Thanks, adhesive Silicon Carbide on a sheet of 5/16" stainless seems to me the way to start, especially since I've already got the stainless steel plate.

    but the paper blade sharpening wheels seem pretty neat too, but I need a new grinder to make a place to set it up.

    Do I understand correctly that the abrasive is applied via the wax on the edge?
    or is abrasive also applied between the paper layers during disc assembly?
     
    Last edited: Jun 23, 2019
  5. Wowbagger

    Wowbagger Basic Member Basic Member

    Sep 20, 2015
    Nah just on the periphery of the paper wheel. One does not try to take the layers apart nor is there any abrasive applied by the maker of the wheels.
    This kind of means for the best result that to change grit mesh size one should use another wheel dedicating a wheel to each grit. I think for the most part people stick with one or two grits and just keep the edges touched up or spend more time on duller knives. I don't recall people saying they changed wheels often or had multiple mounted bench grinders. I have multiple mounted bench grinders but they are dedicated to regular old rough metal grinding.

    By the way it wasn't clear from the paper wheel instructions but from what I have been able to glean later the slots in the wheels are to provide a fan effect for keeping the edge of the blade cool.

    Here is mine at this LINK > > >. Page down once at my post to the fifth photo down. That was a long time ago when I first got the paper wheel. That is an excellent thread for sharpening stones etc. by the way.
    The blue wheel is a Norton extra cool running wheel for grinding edge tools. I think it is called and "X" something or other, is about 46 grit. I use it to thin small pocket knife blades on at a hobby level; nothing fast or in a rush. I dunk the blade in water every few seconds.
     
  6. Diemaker

    Diemaker

    393
    Apr 28, 2017
    I am sold on strops, they take the edge to the next level of sharp when you have gone as far as stones can go. Bare or with some abrasive, depends on what you are stropping and what you want to do. For me it's bare leather or 1 micron diamond. If I am using a diamond loaded strop I don't use more than 3 passes because it convexes the apex so much.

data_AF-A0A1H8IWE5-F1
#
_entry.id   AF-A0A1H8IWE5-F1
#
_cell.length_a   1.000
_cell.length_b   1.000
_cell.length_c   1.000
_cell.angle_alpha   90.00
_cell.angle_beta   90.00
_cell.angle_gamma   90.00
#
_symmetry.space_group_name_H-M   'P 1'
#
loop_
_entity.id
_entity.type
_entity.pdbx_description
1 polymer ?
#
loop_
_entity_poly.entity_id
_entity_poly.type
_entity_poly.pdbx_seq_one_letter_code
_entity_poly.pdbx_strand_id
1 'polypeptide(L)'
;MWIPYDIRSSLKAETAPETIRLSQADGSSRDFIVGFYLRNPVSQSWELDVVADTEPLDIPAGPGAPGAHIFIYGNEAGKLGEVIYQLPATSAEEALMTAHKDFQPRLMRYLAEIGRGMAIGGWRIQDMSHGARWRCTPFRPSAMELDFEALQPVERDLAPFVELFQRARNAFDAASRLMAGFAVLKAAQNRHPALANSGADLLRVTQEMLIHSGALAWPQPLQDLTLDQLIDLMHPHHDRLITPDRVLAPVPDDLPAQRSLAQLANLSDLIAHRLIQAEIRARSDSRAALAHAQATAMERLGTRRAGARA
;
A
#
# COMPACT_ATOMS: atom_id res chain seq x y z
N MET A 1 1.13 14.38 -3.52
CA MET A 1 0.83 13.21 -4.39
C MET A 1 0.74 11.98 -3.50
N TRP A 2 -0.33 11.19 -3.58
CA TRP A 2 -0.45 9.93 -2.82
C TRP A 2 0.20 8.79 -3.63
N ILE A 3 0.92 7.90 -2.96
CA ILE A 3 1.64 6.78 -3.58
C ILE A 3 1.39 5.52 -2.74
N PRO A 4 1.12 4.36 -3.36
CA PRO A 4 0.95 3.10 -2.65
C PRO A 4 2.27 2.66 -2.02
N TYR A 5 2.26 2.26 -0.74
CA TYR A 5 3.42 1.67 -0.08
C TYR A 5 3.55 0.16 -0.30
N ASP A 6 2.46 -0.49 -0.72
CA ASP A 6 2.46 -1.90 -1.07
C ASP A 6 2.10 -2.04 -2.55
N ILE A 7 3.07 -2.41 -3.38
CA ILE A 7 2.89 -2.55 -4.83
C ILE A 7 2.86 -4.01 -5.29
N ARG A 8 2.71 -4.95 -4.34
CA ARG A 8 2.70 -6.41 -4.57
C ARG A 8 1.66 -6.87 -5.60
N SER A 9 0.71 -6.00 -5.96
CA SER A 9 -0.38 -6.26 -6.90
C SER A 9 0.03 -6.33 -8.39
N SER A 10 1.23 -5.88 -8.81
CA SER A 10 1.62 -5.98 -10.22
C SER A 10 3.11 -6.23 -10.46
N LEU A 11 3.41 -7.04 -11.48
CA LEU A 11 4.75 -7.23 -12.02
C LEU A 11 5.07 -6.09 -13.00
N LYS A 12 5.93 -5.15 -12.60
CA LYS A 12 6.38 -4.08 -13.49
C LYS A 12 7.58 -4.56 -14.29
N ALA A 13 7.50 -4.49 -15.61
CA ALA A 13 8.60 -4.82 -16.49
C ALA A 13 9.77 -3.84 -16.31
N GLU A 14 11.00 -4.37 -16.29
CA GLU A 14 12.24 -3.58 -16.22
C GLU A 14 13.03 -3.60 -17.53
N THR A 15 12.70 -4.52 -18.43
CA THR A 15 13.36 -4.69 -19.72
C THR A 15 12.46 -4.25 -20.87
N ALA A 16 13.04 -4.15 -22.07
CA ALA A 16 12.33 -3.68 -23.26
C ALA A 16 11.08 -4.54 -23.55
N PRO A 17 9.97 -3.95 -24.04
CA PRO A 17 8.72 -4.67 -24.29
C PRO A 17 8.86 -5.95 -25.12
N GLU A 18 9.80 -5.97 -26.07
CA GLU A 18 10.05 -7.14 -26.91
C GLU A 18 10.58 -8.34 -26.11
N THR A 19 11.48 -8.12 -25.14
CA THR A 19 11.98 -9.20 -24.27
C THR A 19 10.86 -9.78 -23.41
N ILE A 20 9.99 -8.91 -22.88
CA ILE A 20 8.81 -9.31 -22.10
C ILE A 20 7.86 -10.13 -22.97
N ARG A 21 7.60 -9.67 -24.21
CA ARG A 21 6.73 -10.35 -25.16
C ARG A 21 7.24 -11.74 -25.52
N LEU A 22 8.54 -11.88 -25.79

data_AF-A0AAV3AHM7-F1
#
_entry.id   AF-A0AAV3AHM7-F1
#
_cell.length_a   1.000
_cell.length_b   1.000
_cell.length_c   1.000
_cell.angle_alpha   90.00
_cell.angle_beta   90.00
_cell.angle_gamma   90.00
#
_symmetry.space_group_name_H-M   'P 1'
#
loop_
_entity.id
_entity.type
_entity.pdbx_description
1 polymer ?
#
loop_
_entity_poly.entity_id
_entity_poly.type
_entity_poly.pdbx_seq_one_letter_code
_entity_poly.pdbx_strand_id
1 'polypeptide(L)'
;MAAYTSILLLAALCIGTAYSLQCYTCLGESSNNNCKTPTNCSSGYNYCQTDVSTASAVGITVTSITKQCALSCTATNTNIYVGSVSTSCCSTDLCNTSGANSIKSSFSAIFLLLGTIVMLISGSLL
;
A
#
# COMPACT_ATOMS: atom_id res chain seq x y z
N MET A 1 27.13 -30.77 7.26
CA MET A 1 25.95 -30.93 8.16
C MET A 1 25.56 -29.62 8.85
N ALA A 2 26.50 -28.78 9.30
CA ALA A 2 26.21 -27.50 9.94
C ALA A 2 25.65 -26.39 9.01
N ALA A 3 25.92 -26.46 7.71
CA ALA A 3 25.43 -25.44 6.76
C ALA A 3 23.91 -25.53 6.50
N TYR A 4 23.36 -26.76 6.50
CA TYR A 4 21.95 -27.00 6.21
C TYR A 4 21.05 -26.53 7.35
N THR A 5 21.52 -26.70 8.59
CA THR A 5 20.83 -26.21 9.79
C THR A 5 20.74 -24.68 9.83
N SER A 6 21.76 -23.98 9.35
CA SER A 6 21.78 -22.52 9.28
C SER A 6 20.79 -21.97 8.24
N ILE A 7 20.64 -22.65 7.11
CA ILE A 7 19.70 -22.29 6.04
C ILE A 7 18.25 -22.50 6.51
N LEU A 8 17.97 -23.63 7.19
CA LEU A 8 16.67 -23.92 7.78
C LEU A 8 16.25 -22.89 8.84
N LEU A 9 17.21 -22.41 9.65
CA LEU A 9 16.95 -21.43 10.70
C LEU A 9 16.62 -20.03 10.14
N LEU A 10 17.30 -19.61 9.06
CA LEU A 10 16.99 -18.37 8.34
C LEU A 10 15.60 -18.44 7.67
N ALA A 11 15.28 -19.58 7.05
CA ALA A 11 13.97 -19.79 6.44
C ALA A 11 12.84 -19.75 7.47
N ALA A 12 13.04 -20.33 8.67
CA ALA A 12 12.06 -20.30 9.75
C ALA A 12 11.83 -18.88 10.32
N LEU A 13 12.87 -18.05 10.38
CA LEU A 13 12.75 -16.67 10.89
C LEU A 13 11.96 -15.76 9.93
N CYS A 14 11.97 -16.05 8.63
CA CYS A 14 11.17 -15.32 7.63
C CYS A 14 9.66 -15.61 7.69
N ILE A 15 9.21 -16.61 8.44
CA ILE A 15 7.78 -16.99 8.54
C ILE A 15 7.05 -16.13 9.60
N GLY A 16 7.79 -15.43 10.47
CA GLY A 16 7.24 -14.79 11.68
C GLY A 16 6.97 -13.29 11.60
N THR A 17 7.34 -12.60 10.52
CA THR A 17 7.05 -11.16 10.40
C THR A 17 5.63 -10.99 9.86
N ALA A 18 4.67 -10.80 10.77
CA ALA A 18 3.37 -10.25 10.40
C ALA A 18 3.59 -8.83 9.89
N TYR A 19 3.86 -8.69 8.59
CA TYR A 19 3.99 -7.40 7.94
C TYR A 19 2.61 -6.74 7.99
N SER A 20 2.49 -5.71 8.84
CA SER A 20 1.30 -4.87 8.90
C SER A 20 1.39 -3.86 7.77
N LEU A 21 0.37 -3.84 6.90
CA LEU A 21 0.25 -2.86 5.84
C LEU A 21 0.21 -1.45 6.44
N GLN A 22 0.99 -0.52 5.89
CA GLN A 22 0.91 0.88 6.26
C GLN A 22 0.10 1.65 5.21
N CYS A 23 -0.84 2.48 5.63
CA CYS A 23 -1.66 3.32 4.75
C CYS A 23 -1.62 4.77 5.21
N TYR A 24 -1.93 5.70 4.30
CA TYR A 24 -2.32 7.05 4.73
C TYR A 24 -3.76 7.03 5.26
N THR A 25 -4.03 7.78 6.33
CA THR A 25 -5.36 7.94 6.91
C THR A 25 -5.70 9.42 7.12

As for ceramic blades I have only tried silicon carbide and Matrix stones. Silicon carbide works fine for rough work and the Matrix stones are tailor made for ceramic. Tips are to use only edge trailing strokes and NO micro bevels. The reason for both is microchipping, which I found to be a real problem with ceramic. I only have one cheapie Kyocera paring knife so that is all I have experience with. Once you figure out what works sharpening a ceramic blade takes no longer than steel since diamond likes cutting it far better.
     
    cwsmith17 and Gary W. Graley like this.
  7. HeavyHanded

    HeavyHanded

    Jun 4, 2010
    I also have experience only with cheap ceramic knives. I was able to get them reasonably sharp but nothing I was particularly happy with due to microchipping.

    I believe use of a guide is important if you want to get above a very remedial edge due to this tendency to chip.

    As for stropping, I use it all the time, an am partial to disposable substrate as well (copy paper). Too many variables to make blanket statements, but I avoid softer strop materials.
     
    cwsmith17 likes this.
  8. Diemaker